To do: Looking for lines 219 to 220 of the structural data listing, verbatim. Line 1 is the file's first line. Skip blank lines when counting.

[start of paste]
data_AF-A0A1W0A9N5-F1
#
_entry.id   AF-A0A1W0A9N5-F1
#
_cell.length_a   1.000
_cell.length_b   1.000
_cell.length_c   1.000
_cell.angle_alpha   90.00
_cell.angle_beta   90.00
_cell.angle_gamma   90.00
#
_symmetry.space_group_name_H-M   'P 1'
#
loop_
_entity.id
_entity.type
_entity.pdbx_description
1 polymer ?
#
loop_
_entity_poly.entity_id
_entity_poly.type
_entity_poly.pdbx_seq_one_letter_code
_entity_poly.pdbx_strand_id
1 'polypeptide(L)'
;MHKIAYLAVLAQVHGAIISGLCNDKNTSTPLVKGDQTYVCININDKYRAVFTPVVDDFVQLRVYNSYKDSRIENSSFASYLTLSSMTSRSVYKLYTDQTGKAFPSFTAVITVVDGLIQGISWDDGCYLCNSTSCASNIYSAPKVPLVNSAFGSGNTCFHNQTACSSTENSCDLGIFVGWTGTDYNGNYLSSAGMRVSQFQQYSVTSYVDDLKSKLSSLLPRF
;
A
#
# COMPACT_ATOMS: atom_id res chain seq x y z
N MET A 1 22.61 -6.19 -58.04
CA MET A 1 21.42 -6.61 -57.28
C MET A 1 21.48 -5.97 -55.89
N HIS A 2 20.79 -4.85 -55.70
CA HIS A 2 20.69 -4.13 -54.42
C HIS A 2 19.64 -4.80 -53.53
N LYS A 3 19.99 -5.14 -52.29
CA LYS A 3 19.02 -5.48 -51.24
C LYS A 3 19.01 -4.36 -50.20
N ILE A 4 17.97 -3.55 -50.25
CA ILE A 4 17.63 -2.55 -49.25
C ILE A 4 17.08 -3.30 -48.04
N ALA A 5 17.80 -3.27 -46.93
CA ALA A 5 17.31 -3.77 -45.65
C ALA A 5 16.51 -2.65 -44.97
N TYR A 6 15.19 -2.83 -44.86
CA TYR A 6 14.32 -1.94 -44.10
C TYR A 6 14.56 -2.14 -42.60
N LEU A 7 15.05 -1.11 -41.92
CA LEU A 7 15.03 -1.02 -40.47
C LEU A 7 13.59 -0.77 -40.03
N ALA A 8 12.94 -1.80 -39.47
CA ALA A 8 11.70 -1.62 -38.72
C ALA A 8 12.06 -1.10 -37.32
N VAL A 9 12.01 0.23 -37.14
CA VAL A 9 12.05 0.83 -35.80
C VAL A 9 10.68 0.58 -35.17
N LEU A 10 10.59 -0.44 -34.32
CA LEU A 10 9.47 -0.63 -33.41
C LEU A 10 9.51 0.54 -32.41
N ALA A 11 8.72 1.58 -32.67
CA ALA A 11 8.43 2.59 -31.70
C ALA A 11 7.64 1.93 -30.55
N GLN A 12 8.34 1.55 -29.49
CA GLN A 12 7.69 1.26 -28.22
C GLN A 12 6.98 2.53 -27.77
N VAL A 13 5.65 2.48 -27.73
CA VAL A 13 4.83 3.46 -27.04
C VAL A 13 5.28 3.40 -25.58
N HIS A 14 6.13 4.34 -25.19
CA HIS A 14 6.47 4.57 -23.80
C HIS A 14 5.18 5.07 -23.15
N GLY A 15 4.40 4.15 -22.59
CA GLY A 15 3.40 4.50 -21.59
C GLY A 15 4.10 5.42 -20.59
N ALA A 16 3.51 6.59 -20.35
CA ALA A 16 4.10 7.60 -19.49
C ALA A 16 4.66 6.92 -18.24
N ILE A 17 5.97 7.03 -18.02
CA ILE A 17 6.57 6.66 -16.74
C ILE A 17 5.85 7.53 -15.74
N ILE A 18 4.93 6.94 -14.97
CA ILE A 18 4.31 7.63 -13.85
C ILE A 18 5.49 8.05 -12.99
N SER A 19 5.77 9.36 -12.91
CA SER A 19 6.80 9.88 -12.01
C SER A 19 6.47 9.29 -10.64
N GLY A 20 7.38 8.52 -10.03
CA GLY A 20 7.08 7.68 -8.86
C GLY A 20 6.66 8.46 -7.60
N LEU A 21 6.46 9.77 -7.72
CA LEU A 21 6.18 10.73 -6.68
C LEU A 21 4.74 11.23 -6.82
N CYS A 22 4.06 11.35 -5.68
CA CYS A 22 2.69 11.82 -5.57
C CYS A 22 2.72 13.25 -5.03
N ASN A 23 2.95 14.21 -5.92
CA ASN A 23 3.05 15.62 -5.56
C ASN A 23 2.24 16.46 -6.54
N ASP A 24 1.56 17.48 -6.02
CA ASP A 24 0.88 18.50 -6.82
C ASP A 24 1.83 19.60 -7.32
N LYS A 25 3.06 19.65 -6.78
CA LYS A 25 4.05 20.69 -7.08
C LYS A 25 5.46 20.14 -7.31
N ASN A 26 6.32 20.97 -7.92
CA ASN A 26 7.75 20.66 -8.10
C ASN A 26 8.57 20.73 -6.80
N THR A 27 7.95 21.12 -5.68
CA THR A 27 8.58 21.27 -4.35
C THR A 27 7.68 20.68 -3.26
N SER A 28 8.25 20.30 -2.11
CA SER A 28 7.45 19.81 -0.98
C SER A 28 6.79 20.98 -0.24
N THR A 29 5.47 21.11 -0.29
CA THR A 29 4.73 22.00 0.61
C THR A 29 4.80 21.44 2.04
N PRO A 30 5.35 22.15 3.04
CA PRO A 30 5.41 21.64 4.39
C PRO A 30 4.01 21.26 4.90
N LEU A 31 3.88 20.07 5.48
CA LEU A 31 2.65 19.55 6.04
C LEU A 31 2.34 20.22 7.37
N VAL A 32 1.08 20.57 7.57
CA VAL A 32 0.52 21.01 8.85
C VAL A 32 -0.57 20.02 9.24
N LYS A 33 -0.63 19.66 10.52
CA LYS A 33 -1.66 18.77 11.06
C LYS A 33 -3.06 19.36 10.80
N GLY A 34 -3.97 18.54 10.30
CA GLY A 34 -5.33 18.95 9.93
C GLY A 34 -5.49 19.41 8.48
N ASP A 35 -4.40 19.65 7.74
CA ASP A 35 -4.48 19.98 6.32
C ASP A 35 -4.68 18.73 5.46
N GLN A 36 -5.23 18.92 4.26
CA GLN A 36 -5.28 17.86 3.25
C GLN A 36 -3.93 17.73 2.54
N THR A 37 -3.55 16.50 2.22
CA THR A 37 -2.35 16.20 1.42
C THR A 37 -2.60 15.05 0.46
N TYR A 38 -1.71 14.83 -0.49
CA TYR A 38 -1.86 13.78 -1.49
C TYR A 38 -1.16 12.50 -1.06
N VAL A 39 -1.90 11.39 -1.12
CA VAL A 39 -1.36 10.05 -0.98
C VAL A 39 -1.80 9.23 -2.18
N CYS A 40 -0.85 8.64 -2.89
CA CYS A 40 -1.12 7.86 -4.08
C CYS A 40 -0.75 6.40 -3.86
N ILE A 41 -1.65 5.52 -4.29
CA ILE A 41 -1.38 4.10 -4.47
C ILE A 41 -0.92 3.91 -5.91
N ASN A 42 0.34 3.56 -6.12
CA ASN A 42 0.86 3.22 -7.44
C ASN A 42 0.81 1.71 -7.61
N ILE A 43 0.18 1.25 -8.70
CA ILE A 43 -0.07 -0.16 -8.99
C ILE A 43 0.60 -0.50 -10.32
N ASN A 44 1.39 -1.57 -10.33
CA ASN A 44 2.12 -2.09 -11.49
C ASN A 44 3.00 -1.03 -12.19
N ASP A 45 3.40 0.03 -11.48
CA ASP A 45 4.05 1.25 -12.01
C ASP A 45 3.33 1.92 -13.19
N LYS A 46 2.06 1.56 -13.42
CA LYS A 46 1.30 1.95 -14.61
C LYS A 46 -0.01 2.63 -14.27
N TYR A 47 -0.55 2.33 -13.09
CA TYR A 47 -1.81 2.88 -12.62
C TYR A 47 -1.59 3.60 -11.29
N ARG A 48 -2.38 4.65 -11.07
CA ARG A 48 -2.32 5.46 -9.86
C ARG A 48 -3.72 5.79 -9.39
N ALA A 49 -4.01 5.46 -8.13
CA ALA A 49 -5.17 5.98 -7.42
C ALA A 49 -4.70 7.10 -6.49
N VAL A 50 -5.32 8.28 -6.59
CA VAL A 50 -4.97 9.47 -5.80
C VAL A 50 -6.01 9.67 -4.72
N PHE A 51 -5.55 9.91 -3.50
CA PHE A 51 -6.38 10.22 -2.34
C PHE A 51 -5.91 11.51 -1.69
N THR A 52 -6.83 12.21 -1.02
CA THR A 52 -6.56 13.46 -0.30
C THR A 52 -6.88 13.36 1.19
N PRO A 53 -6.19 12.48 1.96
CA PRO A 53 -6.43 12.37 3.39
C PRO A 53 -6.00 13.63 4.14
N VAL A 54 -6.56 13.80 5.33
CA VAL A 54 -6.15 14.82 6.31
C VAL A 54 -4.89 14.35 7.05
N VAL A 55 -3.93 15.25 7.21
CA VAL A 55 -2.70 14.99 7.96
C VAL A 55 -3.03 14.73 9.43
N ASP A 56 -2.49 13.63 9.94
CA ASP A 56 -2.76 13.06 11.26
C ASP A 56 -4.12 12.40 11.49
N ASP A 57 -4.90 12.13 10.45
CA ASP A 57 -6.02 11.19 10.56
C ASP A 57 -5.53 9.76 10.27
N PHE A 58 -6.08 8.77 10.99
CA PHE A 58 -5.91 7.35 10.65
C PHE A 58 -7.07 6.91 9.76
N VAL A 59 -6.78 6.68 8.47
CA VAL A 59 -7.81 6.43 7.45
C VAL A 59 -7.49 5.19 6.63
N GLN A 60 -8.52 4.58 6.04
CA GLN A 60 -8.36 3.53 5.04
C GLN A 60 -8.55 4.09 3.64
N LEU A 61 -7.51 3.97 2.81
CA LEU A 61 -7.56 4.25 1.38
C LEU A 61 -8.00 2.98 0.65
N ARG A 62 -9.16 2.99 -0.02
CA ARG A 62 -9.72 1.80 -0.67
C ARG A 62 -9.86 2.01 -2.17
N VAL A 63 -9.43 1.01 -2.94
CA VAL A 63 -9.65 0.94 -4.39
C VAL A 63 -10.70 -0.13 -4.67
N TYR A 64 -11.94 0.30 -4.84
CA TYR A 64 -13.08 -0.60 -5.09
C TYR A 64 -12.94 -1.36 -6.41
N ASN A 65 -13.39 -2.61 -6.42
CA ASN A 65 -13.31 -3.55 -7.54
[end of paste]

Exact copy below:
C VAL A 63 -10.70 -0.13 -4.67
N TYR A 64 -11.94 0.30 -4.84